Tests: why are they important

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There are crucial as well as insignificant parts to taking tests. Is there a purpose to tests at all?  Is there any value to them? Many teachers use tests to understand what they can do to teach the lesson or unit differently next year for a better grade result. It is a helpful way to see what skills students need to work on to make progress, students know what they need to study more, and the concepts they don’t need to review as much.

Mrs. Walls, an AP English Literature, ACT review, and Teach Oklahoma teacher, has an explicit understanding of the importance of tests and quizzes.

“It is simply one form of assessment that students need to gauge their knowledge – if it is the only assessment tool a teacher uses, that becomes problematic,” Walls said

Many students experience test anxiety and become extremely anxious about failing. They may end up studying all night and not getting much sleep, or they will review for weeks, missing out on fun opportunities to hang out with friends.

People with learning disabilities can find it demanding and challenging to read a question while also reading the answers; it’s even harder to do when there is a reading portion like a short story. Sure, there is a testing room for those who have accommodations, but not every student who struggles has the accessibility. Even if they did, when they score poorly on an exam, it affects their grade, and it may not be a lack of understanding of the material but just how the test’s composed.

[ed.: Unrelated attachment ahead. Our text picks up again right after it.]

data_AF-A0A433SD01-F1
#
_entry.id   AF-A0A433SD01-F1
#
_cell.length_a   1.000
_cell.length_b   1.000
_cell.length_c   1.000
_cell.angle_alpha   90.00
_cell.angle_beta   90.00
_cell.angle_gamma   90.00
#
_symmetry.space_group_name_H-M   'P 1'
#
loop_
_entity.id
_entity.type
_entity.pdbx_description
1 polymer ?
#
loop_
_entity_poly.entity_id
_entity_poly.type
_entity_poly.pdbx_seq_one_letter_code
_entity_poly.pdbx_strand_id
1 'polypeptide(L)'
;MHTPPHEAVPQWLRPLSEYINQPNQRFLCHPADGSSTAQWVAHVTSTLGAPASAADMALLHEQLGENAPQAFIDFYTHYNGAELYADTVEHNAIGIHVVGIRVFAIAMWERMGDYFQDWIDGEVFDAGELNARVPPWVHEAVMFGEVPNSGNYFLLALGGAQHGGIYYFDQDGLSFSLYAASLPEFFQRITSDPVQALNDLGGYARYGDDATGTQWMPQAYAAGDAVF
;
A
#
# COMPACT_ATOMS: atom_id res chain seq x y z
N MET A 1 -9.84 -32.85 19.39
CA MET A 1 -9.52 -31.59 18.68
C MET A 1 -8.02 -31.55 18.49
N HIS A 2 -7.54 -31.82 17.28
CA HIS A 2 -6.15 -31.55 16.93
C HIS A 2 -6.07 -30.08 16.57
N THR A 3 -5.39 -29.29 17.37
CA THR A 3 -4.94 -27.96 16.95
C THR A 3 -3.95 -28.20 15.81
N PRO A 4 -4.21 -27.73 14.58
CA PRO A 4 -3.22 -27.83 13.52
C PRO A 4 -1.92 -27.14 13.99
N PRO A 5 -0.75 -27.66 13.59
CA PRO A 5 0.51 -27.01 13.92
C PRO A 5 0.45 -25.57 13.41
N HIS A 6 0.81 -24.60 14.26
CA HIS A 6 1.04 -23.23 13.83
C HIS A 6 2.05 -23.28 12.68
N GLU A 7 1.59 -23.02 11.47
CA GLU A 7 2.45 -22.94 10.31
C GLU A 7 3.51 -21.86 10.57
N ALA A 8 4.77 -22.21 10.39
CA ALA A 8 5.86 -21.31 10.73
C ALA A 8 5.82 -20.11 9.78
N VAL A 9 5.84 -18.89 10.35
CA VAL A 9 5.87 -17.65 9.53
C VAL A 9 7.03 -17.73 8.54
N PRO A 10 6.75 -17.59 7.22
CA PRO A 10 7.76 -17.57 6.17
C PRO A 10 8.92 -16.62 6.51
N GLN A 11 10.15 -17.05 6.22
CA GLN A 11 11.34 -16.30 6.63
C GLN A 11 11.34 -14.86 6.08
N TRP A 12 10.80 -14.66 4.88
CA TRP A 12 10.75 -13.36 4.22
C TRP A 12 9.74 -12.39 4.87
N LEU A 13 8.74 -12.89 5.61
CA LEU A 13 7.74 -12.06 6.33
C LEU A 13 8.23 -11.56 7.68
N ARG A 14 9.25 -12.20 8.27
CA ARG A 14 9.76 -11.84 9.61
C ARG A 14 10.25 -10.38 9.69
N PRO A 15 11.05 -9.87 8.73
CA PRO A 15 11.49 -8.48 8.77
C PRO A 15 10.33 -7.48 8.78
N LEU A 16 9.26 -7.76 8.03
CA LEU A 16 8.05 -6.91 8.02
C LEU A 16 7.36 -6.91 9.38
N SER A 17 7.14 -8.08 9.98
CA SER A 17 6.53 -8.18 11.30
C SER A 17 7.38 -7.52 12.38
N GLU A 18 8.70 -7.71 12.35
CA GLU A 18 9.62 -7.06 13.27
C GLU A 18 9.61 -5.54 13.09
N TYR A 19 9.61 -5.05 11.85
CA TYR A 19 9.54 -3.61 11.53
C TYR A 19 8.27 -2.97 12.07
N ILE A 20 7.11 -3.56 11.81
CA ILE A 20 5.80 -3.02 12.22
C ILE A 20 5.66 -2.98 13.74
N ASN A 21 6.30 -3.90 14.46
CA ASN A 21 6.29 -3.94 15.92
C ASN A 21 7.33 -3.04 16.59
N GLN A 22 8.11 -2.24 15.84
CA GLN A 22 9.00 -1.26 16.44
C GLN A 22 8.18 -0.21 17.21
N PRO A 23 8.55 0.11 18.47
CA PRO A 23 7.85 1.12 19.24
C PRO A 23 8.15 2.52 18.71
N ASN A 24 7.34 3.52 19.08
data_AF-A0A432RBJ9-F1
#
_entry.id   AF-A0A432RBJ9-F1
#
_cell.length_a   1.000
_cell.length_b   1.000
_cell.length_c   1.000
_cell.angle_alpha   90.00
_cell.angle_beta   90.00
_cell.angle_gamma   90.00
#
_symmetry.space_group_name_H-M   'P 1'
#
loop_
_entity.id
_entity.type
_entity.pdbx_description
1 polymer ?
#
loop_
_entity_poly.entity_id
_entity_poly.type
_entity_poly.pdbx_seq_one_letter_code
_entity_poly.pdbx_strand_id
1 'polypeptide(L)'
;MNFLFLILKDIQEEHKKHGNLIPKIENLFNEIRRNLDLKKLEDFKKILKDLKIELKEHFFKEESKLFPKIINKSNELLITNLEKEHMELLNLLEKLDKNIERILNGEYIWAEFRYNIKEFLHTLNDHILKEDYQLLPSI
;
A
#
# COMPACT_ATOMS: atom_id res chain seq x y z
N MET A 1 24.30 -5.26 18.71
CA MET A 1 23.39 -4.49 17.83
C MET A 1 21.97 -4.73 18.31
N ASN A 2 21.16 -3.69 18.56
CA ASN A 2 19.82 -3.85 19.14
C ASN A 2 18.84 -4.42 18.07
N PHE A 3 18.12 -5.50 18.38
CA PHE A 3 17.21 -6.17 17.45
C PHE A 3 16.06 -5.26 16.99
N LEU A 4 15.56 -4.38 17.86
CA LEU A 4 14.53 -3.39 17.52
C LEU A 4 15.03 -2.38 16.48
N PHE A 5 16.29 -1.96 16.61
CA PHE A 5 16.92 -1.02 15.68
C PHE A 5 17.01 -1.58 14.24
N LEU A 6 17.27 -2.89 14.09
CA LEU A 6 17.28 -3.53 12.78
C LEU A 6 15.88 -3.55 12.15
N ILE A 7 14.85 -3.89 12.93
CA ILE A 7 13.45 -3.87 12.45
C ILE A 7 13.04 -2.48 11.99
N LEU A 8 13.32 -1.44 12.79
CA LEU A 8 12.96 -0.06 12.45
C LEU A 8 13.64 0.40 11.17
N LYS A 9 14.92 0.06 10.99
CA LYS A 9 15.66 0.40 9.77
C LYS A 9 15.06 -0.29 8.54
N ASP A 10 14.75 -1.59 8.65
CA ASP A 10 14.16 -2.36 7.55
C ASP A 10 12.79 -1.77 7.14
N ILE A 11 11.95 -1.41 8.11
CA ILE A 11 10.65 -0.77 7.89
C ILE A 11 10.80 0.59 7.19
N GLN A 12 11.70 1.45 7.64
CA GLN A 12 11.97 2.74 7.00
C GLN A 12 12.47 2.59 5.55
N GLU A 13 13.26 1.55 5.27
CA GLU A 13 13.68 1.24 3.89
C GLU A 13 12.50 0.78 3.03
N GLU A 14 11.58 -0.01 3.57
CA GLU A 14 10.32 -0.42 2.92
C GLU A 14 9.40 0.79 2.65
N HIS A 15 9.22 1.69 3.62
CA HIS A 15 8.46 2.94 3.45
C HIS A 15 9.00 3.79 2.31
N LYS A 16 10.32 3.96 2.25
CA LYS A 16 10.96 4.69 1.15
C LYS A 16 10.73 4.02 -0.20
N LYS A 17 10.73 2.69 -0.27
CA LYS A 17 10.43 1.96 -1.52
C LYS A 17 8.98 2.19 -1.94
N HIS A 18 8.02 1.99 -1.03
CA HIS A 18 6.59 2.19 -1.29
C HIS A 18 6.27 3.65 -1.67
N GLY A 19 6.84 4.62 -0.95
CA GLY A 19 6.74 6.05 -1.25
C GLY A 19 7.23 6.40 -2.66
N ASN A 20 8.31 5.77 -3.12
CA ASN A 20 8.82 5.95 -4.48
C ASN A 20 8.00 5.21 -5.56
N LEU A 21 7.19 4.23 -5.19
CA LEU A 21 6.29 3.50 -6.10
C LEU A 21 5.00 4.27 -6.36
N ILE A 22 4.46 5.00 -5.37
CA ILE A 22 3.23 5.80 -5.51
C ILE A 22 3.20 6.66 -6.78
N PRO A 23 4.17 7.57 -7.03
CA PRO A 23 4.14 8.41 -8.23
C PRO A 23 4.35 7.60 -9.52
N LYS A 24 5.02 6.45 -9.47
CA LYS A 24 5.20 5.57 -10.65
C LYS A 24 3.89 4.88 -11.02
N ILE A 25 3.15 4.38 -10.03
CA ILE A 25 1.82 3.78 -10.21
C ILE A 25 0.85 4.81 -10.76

Dr. Sterba, an AP Language and Composition, English III, and Creative Writing teacher at Edmond North High School, talks about other assessments that they find better than testing.

“I like project assessments, where students have to show mastery of skills by creating a project that showcases their knowledge,” Dr. Sterba said. 

Group work can be a challenge for some students as well. However, demonstrating mastery of a skill in a creative and fun way is also a great way to work on imagination. Students are often lost in their phones and lose the imagination skills they had in their youth. Being able to do a project instead of a test is another great way to enhance those skills. 

Understanding the importance of testing skills and polishing those skills can also improve test scores. Students are overwhelmed with state tests or finals because they don’t know what to expect. Looking at and paying attention to other testing and study skills may help with some extra fear and anxiety from the unknown. But not every test goes well. School settings are very average for a reason; however, being out of the binary does not change anything. 

If you have any questions, comments, or concerns about this opinion piece, please email Shadow Bennett at [email protected]